Megan Daughtry, founder of Proud House Studio & Co., thoroughly enjoys the puzzle that comes along with interior design. In fact, Proud House is known for it. So when design challenges presented themselves in a Dakota Ridge home remodel—like moving a doorway six feet in the kitchen to double its size—the design team leaned in to out-of-the-box thinking to create something beautiful.
Their clients were Amy, Greg and their four-year-old daughter, Alma, who had recently moved to Boulder from New York and had been living in their new home for about three months before starting the remodel. Amy is a textile designer, which Daughtry said made for a fun collaboration since she loved color and pattern.
“We took advantage of her enjoyment of whimsical florals and different color plays and brought that into a lot of her design elements,” Daughtry says. “Not every client is like that. Some people just want a white and gray house. We always feel really inspired when we have a client who is also a designer in her own industry, but it's sort of the same language. They're speaking about how color plays on each other, and when you're doing a whole house like we did for them, it's so much about that story that you're telling as you're moving through the spaces. How from the entrance back to the kitchen—that every design decision is building on each other and yet it's cohesive.”
While Amy and Greg were house hunting, they wanted to find a fixer-upper, and many homes in the Dakota Ridge neighborhood are about 20-30 years old. The couple loves mid-century style, which Daughtry could see in their West Elm walnut, oval dining room table paired with lime green Eames chairs and their collection of artwork and rugs. Daughtry said that when working with a client who has just moved into a space, since it isn’t completely furnished, it can be hard to tell what their tastes and style are.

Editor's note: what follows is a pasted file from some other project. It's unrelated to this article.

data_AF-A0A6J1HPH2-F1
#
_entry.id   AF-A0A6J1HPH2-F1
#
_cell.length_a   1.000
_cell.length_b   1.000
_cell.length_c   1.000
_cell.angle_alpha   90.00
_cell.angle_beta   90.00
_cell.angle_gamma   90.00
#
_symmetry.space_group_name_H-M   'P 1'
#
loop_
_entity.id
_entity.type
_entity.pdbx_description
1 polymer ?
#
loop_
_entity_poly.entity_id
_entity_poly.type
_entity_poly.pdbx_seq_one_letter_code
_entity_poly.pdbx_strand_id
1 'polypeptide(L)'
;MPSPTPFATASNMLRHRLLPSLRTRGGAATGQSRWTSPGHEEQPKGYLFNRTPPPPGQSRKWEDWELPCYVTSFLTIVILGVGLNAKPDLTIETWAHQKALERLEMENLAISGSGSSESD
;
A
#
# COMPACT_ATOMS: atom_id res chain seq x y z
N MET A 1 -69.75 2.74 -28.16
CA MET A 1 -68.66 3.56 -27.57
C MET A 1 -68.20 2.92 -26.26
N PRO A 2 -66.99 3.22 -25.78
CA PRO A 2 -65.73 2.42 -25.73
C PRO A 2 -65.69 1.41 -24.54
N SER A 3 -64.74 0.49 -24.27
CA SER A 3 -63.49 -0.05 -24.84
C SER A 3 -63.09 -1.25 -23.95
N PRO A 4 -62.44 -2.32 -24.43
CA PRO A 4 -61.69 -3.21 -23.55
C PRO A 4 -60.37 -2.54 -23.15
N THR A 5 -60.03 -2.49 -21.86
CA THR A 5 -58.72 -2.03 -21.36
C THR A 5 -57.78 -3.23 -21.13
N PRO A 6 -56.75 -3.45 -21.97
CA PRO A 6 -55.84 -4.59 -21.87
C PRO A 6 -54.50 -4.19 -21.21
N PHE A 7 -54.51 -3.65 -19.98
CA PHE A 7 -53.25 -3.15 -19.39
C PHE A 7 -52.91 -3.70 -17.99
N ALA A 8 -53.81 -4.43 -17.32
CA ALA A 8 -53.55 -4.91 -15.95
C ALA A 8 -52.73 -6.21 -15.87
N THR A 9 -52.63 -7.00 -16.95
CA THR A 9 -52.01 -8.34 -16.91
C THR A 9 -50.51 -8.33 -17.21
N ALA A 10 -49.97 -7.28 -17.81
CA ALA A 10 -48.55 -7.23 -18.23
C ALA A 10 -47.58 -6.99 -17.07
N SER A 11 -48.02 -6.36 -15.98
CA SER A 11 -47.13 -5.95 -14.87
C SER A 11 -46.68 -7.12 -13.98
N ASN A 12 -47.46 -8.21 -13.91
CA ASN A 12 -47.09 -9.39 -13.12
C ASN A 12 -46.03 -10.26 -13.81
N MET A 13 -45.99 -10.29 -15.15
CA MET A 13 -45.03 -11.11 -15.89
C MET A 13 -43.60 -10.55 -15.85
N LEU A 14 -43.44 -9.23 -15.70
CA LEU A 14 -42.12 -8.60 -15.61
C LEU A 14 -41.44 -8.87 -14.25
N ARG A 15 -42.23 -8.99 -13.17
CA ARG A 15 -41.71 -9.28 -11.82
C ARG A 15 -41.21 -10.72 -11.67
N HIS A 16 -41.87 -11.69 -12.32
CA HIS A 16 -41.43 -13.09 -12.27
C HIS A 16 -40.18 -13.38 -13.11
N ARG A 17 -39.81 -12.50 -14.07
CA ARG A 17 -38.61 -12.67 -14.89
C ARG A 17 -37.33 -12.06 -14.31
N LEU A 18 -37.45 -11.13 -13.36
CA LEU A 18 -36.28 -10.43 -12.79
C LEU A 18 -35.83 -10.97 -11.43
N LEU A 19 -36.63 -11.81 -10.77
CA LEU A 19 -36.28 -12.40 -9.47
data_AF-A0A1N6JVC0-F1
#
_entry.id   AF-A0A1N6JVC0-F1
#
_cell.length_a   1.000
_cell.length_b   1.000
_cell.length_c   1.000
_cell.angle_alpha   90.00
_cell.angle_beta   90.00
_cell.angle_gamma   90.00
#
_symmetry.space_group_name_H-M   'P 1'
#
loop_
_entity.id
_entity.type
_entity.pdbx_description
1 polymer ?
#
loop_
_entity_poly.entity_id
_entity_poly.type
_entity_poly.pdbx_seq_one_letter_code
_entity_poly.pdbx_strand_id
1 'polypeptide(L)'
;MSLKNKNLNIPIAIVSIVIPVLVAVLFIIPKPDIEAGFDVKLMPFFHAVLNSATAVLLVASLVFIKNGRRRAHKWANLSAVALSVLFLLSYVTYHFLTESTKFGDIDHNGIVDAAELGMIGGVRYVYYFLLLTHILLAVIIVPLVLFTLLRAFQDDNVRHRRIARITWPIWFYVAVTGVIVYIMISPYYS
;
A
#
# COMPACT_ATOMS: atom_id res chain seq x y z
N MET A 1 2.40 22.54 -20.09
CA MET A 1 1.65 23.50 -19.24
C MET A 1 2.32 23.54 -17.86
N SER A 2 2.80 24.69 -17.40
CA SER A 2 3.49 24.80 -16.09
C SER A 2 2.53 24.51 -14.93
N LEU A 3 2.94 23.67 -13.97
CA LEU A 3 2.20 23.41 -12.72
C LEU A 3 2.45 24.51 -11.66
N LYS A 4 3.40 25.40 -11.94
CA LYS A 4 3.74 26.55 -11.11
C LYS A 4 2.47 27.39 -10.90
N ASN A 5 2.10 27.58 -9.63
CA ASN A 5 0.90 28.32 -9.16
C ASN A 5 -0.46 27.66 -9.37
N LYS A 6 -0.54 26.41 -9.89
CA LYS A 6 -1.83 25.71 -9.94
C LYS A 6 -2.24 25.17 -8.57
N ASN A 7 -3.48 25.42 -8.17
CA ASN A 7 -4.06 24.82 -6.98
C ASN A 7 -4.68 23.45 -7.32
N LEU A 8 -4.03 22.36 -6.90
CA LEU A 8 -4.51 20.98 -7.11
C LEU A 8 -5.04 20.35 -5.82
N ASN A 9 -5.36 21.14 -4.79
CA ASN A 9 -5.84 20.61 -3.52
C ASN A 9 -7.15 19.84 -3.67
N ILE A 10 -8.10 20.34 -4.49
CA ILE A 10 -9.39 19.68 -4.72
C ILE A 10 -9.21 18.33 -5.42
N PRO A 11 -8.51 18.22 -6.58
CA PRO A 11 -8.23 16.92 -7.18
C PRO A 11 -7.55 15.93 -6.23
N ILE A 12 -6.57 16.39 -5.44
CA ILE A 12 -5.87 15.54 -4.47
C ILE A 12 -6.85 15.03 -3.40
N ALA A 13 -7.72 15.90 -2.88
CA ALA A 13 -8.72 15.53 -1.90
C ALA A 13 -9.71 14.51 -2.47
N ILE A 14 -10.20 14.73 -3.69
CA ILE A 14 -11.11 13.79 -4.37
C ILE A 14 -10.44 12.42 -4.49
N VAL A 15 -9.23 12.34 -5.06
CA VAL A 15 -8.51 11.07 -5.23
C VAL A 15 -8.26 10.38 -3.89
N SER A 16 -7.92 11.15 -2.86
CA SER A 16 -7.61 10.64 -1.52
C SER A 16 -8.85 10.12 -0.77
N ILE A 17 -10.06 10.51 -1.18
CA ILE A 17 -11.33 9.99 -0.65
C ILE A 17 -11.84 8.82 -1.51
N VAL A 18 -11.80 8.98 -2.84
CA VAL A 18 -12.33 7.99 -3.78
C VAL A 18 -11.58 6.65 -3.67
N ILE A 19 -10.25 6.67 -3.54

“I mean, [you see their style] here and there, but also, they haven't lived in the house long enough to know what really the problems are that are needing attention or what are the areas to invest [in],” she says. “So they really relied on our expertise to guide those investments.”
For instance: the staircase. It was carpeted with an oak railing and dated wood tones. At first, they weren’t going to touch it, but Daughtry and her team were able to change their minds.
“They were just going to paint the railing, but we talked them into actually chopping off the curved part of the stairs and increasing the width and the landing to just be a little more inviting,” Daughtry says. “Then we replaced all the balusters with metal balusters, and it just was a huge transformation.”
Proud House’s main focus in the remodel was the kitchen and bathroom spaces. They also helped with furnishings, since the family was transitioning from a 1,000-square-foot home to an almost 4,000-square-foot, three-story home. A couple elements of the remodel that Daughtry especially loved were the powder bathroom, which incorporated fun wallpaper behind the vanity, as well as the kid’s bathroom.
“We did a really graphic tile floor, in this half-moon shape, that's green and white that's really pretty,” she says. “It's a concrete tile, and then matching green stacked subway tile in her shower and white cabinetry and these beautiful green—they were almost like melamine—material molded, plastic pendants. It's just very sweet. It's gender neutral, but also just fun for a kid's bath, and easy to switch things out with different elements of color or design with towels and decor or whatever.”
Daughtry finds fulfillment in interior design because their work improves not only homes, but also improves that space for the families that live there.
“There are so many creative ways to accomplish the different functions that a home needs to do that aren't necessarily expected,” she says. “So when you can find opportunities to listen to the architecture of the house, to make sure that it flows and makes sense, and you're using your principles of design, that are really important, but also pushing the concepts as far as possible towards really highlighting some key features of the home…we don't go crazy everywhere. We usually pick in every room… a focal point or showstopper. Then everything else is like the supporting actors and actresses in the room.”